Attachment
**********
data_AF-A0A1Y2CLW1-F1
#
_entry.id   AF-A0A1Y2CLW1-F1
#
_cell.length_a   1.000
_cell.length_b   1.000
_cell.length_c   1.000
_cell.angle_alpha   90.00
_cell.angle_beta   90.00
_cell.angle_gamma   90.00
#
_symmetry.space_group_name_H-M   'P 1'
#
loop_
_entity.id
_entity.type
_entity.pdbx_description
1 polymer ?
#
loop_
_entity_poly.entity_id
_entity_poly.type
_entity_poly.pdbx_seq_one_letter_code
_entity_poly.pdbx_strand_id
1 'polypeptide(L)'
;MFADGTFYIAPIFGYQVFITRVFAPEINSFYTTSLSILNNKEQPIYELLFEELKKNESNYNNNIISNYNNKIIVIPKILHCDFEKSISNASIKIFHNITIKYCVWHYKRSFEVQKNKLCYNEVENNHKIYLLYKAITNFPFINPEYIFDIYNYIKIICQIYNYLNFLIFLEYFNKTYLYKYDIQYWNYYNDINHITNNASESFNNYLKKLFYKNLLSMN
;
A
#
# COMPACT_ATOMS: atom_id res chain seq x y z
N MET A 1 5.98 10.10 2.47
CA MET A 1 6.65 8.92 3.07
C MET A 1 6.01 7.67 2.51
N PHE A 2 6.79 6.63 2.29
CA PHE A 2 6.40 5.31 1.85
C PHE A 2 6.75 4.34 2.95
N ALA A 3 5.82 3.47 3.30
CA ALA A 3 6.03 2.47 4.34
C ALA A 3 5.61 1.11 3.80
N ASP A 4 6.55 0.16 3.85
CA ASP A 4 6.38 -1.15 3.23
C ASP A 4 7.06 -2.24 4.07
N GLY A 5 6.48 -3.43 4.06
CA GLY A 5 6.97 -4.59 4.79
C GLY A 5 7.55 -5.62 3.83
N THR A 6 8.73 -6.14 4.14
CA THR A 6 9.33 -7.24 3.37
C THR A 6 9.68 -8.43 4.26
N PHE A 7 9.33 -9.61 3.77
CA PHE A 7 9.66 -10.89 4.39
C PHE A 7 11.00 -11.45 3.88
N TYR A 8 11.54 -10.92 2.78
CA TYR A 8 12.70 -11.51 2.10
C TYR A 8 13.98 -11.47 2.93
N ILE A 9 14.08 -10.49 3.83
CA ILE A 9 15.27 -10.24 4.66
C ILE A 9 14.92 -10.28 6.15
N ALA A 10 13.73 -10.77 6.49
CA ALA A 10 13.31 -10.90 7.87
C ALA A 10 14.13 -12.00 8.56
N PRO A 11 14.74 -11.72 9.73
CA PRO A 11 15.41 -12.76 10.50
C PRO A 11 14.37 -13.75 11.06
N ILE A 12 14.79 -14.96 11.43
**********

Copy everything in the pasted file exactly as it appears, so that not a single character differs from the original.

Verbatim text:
data_AF-A0A1Y2CLW1-F1
#
_entry.id   AF-A0A1Y2CLW1-F1
#
_cell.length_a   1.000
_cell.length_b   1.000
_cell.length_c   1.000
_cell.angle_alpha   90.00
_cell.angle_beta   90.00
_cell.angle_gamma   90.00
#
_symmetry.space_group_name_H-M   'P 1'
#
loop_
_entity.id
_entity.type
_entity.pdbx_description
1 polymer ?
#
loop_
_entity_poly.entity_id
_entity_poly.type
_entity_poly.pdbx_seq_one_letter_code
_entity_poly.pdbx_strand_id
1 'polypeptide(L)'
;MFADGTFYIAPIFGYQVFITRVFAPEINSFYTTSLSILNNKEQPIYELLFEELKKNESNYNNNIISNYNNKIIVIPKILHCDFEKSISNASIKIFHNITIKYCVWHYKRSFEVQKNKLCYNEVENNHKIYLLYKAITNFPFINPEYIFDIYNYIKIICQIYNYLNFLIFLEYFNKTYLYKYDIQYWNYYNDINHITNNASESFNNYLKKLFYKNLLSMN
;
A
#
# COMPACT_ATOMS: atom_id res chain seq x y z
N MET A 1 5.98 10.10 2.47
CA MET A 1 6.65 8.92 3.07
C MET A 1 6.01 7.67 2.51
N PHE A 2 6.79 6.63 2.29
CA PHE A 2 6.40 5.31 1.85
C PHE A 2 6.75 4.34 2.95
N ALA A 3 5.82 3.47 3.30
CA ALA A 3 6.03 2.47 4.34
C ALA A 3 5.61 1.11 3.80
N ASP A 4 6.55 0.16 3.85
CA ASP A 4 6.38 -1.15 3.23
C ASP A 4 7.06 -2.24 4.07
N GLY A 5 6.48 -3.43 4.06
CA GLY A 5 6.97 -4.59 4.79
C GLY A 5 7.55 -5.62 3.83
N THR A 6 8.73 -6.14 4.14
CA THR A 6 9.33 -7.24 3.37
C THR A 6 9.68 -8.43 4.26
N PHE A 7 9.33 -9.61 3.77
CA PHE A 7 9.66 -10.89 4.39
C PHE A 7 11.00 -11.45 3.88
N TYR A 8 11.54 -10.92 2.78
CA TYR A 8 12.70 -11.51 2.10
C TYR A 8 13.98 -11.47 2.93
N ILE A 9 14.08 -10.49 3.83
CA ILE A 9 15.27 -10.24 4.66
C ILE A 9 14.92 -10.28 6.15
N ALA A 10 13.73 -10.77 6.49
CA ALA A 10 13.31 -10.90 7.87
C ALA A 10 14.13 -12.00 8.56
N PRO A 11 14.74 -11.72 9.73
CA PRO A 11 15.41 -12.76 10.50
C PRO A 11 14.37 -13.75 11.06
N ILE A 12 14.79 -14.96 11.43